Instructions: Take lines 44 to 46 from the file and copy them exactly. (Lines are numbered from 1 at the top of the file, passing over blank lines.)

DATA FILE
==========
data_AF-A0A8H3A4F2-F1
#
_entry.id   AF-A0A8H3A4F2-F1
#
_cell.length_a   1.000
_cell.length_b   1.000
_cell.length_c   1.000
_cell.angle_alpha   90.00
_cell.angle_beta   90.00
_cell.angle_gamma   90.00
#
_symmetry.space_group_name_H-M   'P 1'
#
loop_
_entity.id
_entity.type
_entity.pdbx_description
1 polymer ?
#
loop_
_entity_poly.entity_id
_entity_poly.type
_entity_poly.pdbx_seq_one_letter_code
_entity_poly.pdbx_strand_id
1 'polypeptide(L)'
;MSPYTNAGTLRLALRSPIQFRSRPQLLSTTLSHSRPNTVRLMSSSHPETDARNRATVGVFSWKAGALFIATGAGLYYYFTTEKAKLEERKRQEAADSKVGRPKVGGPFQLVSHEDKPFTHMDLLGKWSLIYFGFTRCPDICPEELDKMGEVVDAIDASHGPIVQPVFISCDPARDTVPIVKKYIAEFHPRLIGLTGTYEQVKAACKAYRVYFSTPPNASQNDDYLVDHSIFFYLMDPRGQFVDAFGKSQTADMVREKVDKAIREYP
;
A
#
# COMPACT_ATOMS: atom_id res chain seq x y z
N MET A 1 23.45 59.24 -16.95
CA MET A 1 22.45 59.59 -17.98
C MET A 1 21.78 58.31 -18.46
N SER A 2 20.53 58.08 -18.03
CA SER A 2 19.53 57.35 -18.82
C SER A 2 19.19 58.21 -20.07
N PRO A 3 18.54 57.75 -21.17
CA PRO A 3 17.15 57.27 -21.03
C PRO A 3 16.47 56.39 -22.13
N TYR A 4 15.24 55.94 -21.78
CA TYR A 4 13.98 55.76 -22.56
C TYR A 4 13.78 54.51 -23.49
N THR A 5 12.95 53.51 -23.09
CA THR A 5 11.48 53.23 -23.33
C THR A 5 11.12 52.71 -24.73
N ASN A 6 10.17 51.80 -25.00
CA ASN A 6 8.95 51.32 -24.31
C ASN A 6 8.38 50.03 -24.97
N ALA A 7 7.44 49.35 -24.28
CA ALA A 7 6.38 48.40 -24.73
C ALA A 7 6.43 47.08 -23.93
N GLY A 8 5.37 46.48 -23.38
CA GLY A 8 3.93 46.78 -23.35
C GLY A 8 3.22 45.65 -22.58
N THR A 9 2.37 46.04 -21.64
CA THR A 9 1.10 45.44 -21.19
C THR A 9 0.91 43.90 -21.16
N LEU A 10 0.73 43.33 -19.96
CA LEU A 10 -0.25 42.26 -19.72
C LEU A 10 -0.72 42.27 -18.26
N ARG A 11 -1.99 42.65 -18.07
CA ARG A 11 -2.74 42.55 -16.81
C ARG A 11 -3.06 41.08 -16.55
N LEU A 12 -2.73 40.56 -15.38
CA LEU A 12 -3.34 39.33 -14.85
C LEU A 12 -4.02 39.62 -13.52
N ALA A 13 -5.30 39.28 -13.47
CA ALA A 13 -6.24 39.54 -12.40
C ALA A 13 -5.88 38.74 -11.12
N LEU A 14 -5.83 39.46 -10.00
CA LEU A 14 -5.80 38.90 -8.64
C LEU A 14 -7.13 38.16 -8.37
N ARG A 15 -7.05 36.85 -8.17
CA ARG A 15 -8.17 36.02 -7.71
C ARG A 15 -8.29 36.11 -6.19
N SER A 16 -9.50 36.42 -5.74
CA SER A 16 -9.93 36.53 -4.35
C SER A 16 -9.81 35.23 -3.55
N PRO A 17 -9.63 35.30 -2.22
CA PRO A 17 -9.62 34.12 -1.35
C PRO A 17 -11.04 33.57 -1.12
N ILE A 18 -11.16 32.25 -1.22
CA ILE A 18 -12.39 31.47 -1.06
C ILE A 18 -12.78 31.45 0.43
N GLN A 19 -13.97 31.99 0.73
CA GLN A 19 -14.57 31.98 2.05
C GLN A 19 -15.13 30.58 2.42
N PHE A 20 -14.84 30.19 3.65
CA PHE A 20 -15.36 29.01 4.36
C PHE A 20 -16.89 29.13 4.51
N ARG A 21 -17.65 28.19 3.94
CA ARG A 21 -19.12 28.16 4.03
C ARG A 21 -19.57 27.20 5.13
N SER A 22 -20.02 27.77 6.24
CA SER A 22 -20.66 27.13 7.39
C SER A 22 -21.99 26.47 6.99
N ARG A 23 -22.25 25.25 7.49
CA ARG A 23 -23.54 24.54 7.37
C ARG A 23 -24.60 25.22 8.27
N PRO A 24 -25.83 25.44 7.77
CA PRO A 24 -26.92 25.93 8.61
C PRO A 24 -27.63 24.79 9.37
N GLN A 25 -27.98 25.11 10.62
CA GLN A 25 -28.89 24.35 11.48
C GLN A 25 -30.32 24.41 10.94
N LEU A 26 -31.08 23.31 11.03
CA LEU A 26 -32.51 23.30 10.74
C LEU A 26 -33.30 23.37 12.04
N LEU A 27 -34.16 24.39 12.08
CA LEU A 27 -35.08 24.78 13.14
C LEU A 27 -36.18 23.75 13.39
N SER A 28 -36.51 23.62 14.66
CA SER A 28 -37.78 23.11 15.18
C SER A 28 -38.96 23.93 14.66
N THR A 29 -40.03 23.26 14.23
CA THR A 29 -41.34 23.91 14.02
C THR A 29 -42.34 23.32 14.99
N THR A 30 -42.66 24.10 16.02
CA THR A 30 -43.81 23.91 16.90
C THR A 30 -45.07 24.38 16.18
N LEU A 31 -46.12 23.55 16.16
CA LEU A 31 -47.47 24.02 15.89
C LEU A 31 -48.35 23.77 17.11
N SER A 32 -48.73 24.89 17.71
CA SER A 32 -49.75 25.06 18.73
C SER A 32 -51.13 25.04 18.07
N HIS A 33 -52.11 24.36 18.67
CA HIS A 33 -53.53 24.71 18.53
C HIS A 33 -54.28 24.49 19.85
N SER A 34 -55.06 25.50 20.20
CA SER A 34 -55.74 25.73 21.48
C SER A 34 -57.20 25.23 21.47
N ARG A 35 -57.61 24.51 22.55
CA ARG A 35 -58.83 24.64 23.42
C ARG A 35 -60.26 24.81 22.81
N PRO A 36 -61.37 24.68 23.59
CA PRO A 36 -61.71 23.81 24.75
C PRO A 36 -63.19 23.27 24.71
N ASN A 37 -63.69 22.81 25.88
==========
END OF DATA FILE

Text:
CA THR A 5 11.48 53.23 -23.33
C THR A 5 11.12 52.71 -24.73
N ASN A 6 10.17 51.80 -25.00